• A Woman’s Guide to Breast Health

    Visiting a clinic for primary care in Atlanta is one of the best things that you can do for your overall health. However, there are a few additional steps that women can take to promote the health of their breasts. Read on to learn some of the essentials for breast health. womens - breast - health

    Choose Healthy Habits

    Your lifestyle choices can help promote the health of your breasts. By maintaining a healthy weight, avoiding tobacco products, and limiting your alcohol consumption to one drink per day or less, you can lower your risk of developing breast cancer. Also, getting regular exercise and eating a healthy diet can help promote your overall health.

    Know What’s Normal

    Being familiar with how your breasts look and feel and knowing what is normal can help promote your breast health. It’s normal for breasts to be slightly different in shape and size and for them to feel tender around the time of menstruation.

    Know What’s Not Normal

    You should visit a clinic or your primary care physician if you notice a new, firm lump in one of your breasts or swelling around your armpit, breast, or collarbone. If your nipple seems to be pulling inward and you do not have naturally inverted nipples, then you should share this with your doctor. Also, an itchy or warm feeling in your breasts, having fluid other than milk leaking from your nipples, or the presence of thickened, red, cracked, or dry skin around the nipple are all symptoms which your doctor should be made aware of.

    Know Your Risk

    There are factors that can increase your risk of breast cancer, and being aware of them can help promote your breast health. Women who do not have children or have children after age 30 are at a higher risk for breast cancer, as are those who have a history of breast cancer in the family. Finally, your risk of breast cancer increases with age, so speak with your doctor about when you should begin breast cancer screenings and how often you should have them performed.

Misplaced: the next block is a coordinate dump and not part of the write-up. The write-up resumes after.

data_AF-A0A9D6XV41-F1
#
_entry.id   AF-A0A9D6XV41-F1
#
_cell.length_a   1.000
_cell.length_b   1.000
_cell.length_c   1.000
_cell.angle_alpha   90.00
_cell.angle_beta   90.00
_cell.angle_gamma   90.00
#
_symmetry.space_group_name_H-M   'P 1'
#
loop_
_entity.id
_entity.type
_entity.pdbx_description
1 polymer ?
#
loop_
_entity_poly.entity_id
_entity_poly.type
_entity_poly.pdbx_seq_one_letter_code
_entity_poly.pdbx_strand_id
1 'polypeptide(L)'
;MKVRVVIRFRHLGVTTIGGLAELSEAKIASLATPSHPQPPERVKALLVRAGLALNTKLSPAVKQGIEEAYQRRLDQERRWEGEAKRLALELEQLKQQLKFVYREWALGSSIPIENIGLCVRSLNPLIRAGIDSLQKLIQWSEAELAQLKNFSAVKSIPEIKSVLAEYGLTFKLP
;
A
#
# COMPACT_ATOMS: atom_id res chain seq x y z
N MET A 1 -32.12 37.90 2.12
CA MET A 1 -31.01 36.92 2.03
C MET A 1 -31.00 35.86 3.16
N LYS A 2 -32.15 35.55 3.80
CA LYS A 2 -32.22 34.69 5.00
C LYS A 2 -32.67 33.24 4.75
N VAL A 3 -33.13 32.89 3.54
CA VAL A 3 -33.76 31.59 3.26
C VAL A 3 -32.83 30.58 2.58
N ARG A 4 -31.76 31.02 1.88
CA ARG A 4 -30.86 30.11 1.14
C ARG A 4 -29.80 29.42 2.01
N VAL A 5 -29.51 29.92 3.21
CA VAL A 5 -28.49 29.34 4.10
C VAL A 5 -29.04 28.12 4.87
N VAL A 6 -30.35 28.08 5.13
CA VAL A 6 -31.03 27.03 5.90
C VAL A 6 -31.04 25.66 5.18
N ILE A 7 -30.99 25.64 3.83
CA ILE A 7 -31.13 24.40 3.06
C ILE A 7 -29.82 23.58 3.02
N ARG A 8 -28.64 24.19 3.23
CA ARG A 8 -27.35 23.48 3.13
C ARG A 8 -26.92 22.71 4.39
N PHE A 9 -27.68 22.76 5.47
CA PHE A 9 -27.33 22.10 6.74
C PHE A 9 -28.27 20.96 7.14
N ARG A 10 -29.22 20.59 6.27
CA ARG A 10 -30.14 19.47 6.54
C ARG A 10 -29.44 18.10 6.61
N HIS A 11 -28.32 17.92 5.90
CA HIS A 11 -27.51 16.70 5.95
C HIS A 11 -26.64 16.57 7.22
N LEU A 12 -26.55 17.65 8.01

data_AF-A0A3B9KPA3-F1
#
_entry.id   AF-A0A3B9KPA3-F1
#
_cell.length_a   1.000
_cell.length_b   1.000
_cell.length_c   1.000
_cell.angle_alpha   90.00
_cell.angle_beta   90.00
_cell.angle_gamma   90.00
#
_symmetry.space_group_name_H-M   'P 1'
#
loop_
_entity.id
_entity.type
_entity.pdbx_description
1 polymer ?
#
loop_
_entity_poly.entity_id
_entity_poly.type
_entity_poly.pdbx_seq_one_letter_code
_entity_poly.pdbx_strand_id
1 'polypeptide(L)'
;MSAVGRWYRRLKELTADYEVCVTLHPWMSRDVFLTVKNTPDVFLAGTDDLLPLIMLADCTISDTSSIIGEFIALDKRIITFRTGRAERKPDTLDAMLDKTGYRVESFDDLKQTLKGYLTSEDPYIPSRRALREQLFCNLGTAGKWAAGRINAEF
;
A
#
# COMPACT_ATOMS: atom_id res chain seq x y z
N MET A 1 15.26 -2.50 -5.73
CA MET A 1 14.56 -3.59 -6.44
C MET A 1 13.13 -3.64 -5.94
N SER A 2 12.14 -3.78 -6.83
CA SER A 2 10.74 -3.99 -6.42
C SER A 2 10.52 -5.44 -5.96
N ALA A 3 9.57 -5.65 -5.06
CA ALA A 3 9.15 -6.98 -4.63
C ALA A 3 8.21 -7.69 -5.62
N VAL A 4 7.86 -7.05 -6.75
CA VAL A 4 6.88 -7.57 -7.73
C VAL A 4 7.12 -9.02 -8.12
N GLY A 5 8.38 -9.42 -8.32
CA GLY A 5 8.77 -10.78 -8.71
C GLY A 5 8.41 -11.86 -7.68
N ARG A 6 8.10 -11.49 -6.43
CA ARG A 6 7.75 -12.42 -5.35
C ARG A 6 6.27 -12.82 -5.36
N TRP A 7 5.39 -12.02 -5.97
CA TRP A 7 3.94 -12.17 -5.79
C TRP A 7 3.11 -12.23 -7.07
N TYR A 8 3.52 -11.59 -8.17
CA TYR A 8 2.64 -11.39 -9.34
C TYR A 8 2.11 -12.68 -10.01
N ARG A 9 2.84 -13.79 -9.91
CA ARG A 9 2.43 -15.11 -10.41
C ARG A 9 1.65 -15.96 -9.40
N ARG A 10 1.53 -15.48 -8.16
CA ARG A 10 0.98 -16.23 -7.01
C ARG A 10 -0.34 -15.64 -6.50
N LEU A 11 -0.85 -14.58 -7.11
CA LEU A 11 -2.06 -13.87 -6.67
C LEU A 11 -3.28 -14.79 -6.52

• How to Choose a Birth Control Method

    With the number of options that are available, selecting a birth control method can feel overwhelming. If you’re planning to visit a clinic or urgent care center in Atlanta to pick up birth control, then read on for tips on choosing the right type for you. birth - control - methods

    Factor in Effectiveness

    How effective do you need your birth control method to be? Many people don’t realize that abstinence is the only 100% effective approach to birth control. However, there are methods that come close to this number, so these options may be best for you if you want to feel certain that pregnancy is unlikely. Generally, hormonal birth control methods tend to be more effective than barrier ones such as diaphragms or condoms. Hormonal implants, vasectomies, IUDs, and tubal methods are the most effective forms of birth control other than abstinence.

    Consider STD Protection

    While they work well for protecting against unwanted pregnancies, hormonal birth control methods do not offer protection against STDs. Latex condoms, on the other hand, can be very effective in preventing the transmission of STDs when used correctly and from start to finish during any sexual act.

    Think About Convenience

    With the wide range of birth control methods available, you are likely to find that some options suit your personal needs better than others. Some require the consistent use of a condom, others involve taking a pill once a month, and more invasive methods require a surgical procedure but can offer long-term protection. Various methods come with different responsibilities, costs, side effects, and so on, so it’s important to consider these factors when deciding.

    Ask Your Doctor

    Finally, you should always speak with your doctor if you have concerns about which birth control method is ideal for your needs. She will be able to provide you with details about each method and help you decide which option is right for you. To help ensure that you make the best decision, write down your questions and concerns before heading to the clinic.